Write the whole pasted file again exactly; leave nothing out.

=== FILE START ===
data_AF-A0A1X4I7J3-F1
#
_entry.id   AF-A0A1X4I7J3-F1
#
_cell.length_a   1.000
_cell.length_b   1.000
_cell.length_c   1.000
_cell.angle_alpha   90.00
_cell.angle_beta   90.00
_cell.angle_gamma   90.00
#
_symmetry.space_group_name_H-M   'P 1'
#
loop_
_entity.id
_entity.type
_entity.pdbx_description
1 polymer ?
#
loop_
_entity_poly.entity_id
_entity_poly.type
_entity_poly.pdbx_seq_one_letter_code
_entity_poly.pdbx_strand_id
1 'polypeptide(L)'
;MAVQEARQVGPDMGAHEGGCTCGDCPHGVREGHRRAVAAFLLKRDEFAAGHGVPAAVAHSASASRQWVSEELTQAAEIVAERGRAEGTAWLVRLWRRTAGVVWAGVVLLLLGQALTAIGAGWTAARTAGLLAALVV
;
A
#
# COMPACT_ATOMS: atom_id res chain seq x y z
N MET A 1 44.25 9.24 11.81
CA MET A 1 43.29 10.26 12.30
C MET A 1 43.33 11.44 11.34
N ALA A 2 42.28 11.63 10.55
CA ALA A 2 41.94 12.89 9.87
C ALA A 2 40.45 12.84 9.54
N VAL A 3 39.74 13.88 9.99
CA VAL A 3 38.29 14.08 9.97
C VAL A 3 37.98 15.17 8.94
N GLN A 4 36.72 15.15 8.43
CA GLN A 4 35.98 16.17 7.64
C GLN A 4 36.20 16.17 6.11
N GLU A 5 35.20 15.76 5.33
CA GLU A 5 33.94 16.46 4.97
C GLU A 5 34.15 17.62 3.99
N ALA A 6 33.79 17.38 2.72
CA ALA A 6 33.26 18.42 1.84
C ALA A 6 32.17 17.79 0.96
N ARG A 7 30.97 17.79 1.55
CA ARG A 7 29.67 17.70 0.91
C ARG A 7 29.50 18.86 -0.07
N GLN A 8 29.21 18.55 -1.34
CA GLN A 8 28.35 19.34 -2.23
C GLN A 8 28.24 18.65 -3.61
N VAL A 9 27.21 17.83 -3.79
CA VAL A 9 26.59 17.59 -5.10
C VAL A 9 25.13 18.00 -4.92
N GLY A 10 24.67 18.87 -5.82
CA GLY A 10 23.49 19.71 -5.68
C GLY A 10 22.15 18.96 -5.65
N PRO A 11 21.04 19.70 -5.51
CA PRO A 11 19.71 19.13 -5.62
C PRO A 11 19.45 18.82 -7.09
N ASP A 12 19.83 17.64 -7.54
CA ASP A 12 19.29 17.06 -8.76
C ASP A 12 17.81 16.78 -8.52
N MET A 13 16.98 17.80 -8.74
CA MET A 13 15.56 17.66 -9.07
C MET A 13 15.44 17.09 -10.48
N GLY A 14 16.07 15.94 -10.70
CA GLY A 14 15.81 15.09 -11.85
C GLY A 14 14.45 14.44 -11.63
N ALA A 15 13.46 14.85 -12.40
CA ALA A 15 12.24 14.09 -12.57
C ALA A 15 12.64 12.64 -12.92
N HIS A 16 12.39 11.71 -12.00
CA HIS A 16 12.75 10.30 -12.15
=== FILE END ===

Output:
data_AF-A0A1X4I7J3-F1
#
_entry.id   AF-A0A1X4I7J3-F1
#
_cell.length_a   1.000
_cell.length_b   1.000
_cell.length_c   1.000
_cell.angle_alpha   90.00
_cell.angle_beta   90.00
_cell.angle_gamma   90.00
#
_symmetry.space_group_name_H-M   'P 1'
#
loop_
_entity.id
_entity.type
_entity.pdbx_description
1 polymer ?
#
loop_
_entity_poly.entity_id
_entity_poly.type
_entity_poly.pdbx_seq_one_letter_code
_entity_poly.pdbx_strand_id
1 'polypeptide(L)'
;MAVQEARQVGPDMGAHEGGCTCGDCPHGVREGHRRAVAAFLLKRDEFAAGHGVPAAVAHSASASRQWVSEELTQAAEIVAERGRAEGTAWLVRLWRRTAGVVWAGVVLLLLGQALTAIGAGWTAARTAGLLAALVV
;
A
#
# COMPACT_ATOMS: atom_id res chain seq x y z
N MET A 1 44.25 9.24 11.81
CA MET A 1 43.29 10.26 12.30
C MET A 1 43.33 11.44 11.34
N ALA A 2 42.28 11.63 10.55
CA ALA A 2 41.94 12.89 9.87
C ALA A 2 40.45 12.84 9.54
N VAL A 3 39.74 13.88 9.99
CA VAL A 3 38.29 14.08 9.97
C VAL A 3 37.98 15.17 8.94
N GLN A 4 36.72 15.15 8.43
CA GLN A 4 35.98 16.17 7.64
C GLN A 4 36.20 16.17 6.11
N GLU A 5 35.20 15.76 5.33
CA GLU A 5 33.94 16.46 4.97
C GLU A 5 34.15 17.62 3.99
N ALA A 6 33.79 17.38 2.72
CA ALA A 6 33.26 18.42 1.84
C ALA A 6 32.17 17.79 0.96
N ARG A 7 30.97 17.79 1.55
CA ARG A 7 29.67 17.70 0.91
C ARG A 7 29.50 18.86 -0.07
N GLN A 8 29.21 18.55 -1.34
CA GLN A 8 28.35 19.34 -2.23
C GLN A 8 28.24 18.65 -3.61
N VAL A 9 27.21 17.83 -3.79
CA VAL A 9 26.59 17.59 -5.10
C VAL A 9 25.13 18.00 -4.92
N GLY A 10 24.67 18.87 -5.82
CA GLY A 10 23.49 19.71 -5.68
C GLY A 10 22.15 18.96 -5.65
N PRO A 11 21.04 19.70 -5.51
CA PRO A 11 19.71 19.13 -5.62
C PRO A 11 19.45 18.82 -7.09
N ASP A 12 19.83 17.64 -7.54
CA ASP A 12 19.29 17.06 -8.76
C ASP A 12 17.81 16.78 -8.52
N MET A 13 16.98 17.80 -8.74
CA MET A 13 15.56 17.66 -9.07
C MET A 13 15.44 17.09 -10.48
N GLY A 14 16.07 15.94 -10.70
CA GLY A 14 15.81 15.09 -11.85
C GLY A 14 14.45 14.44 -11.63
N ALA A 15 13.46 14.85 -12.40
CA ALA A 15 12.24 14.09 -12.57
C ALA A 15 12.64 12.64 -12.92
N HIS A 16 12.39 11.71 -12.00
CA HIS A 16 12.75 10.30 -12.15